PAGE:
Is Seoul’s move to ban Uber a step in the wrong direction?
Those in Korea looking to ban “Uber,” the ultra-rogue and ultra-hip car service smart phone app that connects passengers and drivers, might be facing some difficulties in the near future as the Seoul Metropolitan Government (SMG) is seeking to ban “technically illegal” Uber cars from the streets. The app, developed by Uber Technologies Inc., has faced opposition from traditional taxi companies and city governments worldwide and has already been banned in some parts of Europe.
Uber responds to Seoul’s plan to ban the service.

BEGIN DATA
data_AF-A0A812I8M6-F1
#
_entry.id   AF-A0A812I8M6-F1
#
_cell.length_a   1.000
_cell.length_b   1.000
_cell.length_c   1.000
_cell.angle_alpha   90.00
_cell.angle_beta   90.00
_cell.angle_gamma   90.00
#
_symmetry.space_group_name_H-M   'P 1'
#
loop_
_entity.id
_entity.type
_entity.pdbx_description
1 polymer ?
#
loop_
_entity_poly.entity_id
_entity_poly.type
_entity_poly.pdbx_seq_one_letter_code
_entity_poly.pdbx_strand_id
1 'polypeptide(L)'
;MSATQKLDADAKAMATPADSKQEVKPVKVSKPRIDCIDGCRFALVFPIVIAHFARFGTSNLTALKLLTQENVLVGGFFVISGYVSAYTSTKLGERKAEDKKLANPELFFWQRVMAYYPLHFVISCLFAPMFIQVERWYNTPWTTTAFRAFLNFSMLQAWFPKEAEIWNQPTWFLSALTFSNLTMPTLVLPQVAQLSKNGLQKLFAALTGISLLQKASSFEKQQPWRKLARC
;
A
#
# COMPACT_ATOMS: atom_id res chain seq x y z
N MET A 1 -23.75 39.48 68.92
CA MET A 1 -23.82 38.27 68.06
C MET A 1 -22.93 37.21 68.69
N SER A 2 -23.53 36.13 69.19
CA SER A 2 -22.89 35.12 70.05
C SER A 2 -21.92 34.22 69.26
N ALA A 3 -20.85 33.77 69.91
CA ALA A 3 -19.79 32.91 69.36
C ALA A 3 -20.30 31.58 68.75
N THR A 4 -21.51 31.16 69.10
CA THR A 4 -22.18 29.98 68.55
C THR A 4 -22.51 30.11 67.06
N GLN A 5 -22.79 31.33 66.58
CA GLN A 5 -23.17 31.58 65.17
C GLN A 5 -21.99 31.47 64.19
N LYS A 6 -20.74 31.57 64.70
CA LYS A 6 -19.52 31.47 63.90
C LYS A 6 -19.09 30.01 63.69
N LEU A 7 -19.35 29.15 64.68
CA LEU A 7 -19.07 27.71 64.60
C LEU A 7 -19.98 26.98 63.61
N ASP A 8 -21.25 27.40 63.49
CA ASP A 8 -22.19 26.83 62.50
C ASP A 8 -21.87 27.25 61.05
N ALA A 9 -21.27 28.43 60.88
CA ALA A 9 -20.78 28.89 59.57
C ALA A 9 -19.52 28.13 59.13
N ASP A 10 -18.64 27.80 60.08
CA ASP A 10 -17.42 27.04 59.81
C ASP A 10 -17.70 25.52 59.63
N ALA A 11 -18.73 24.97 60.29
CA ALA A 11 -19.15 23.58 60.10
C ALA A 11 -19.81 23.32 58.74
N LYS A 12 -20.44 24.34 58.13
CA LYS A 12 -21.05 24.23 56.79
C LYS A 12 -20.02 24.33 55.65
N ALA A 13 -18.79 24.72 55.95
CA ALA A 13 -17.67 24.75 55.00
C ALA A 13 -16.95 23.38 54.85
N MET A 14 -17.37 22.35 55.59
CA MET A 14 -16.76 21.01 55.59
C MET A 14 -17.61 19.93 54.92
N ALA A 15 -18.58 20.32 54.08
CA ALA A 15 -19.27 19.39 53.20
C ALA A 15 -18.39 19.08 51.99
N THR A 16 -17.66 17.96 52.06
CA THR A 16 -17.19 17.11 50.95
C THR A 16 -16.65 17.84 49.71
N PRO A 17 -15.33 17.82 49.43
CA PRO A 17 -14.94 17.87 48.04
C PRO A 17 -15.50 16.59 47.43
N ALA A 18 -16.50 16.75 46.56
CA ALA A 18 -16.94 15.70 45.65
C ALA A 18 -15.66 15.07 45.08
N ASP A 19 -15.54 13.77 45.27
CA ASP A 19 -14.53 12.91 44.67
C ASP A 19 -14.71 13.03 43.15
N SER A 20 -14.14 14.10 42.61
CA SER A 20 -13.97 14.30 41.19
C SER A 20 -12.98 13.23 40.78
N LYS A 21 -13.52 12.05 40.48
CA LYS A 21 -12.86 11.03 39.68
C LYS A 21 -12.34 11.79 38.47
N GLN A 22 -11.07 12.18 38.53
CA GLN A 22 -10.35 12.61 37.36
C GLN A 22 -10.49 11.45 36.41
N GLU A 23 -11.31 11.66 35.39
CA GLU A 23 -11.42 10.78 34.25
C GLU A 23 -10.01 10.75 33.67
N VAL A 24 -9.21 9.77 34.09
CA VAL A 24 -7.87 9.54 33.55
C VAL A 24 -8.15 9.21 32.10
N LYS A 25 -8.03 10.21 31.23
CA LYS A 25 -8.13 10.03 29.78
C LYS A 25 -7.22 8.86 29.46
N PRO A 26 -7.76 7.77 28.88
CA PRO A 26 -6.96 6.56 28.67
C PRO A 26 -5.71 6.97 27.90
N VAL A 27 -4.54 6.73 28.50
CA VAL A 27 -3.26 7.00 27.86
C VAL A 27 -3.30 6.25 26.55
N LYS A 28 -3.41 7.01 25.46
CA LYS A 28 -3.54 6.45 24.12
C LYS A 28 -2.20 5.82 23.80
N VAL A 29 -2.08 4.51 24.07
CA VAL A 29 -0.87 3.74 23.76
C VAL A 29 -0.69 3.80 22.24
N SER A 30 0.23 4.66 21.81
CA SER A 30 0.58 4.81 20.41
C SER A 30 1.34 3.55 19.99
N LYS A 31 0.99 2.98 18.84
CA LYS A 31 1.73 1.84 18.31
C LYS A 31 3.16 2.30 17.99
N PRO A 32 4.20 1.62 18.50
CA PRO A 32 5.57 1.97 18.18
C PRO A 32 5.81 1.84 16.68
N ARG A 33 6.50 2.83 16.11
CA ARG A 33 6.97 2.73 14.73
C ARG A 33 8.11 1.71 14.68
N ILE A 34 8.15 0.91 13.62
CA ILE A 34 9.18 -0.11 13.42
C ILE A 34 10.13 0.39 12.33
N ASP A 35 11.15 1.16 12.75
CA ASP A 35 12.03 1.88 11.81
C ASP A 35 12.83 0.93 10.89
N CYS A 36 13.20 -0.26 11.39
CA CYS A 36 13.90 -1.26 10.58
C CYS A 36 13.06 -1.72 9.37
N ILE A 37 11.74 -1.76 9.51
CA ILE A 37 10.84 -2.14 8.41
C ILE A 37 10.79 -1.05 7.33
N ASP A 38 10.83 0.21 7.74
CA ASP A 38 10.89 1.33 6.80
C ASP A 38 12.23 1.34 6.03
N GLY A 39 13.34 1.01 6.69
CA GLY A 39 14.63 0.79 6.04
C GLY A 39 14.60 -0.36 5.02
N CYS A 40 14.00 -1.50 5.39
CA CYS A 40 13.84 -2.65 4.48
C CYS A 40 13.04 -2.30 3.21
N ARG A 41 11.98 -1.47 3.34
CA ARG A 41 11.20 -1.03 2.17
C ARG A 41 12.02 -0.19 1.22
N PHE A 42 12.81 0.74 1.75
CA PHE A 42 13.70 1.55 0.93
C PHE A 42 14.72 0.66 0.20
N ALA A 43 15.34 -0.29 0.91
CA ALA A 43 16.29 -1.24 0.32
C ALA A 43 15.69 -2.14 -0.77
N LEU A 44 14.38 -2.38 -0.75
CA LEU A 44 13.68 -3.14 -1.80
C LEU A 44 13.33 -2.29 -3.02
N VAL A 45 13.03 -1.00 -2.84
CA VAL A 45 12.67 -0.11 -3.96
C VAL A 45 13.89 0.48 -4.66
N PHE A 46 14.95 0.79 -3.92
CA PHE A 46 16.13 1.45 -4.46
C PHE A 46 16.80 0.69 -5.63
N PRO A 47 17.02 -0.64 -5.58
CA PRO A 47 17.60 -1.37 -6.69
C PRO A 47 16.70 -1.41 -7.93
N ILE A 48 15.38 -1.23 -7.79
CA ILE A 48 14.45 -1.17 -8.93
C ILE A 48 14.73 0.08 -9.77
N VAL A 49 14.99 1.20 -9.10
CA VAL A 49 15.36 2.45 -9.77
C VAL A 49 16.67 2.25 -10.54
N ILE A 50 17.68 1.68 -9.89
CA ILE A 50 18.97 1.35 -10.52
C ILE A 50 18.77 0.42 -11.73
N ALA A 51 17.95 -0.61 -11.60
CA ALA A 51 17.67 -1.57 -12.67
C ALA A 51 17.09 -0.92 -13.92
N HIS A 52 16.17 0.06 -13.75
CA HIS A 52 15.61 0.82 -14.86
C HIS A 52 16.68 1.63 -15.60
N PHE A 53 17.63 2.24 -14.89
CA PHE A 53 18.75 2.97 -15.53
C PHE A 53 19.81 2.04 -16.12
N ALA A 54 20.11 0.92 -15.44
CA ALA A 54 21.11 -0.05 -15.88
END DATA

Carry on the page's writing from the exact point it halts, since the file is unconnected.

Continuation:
In Korea, opponents of Uber have claimed that Uber violates the “Passenger Transport Services Act,” which states that only registered companies are allowed to offer call taxi services. Earlier this week, SMG released its “Seoul City’s Powerful Response to Illegal Call Taxi App Uber” statement which claimed that Uber customers could be victims of crimes, and that they don’t have any protection as there is no rider insurance. Uber responded by saying, “Today, the statement issued by the Seoul city’s Taxi & Logistics Division to attack Uber (a Silicon Valley startup that has innovated transportation in over 150 cities and 41 countries around the world), shows how out of touch the department is with the “smart city” movement. While other global leaders, including London, Washington D.C., Singapore and Shanghai have embraced forward-thinking technologies and their role in improving consumer services, comments like these show Seoul is in danger of remaining trapped in the past and getting left behind by the global “sharing economy” movement.”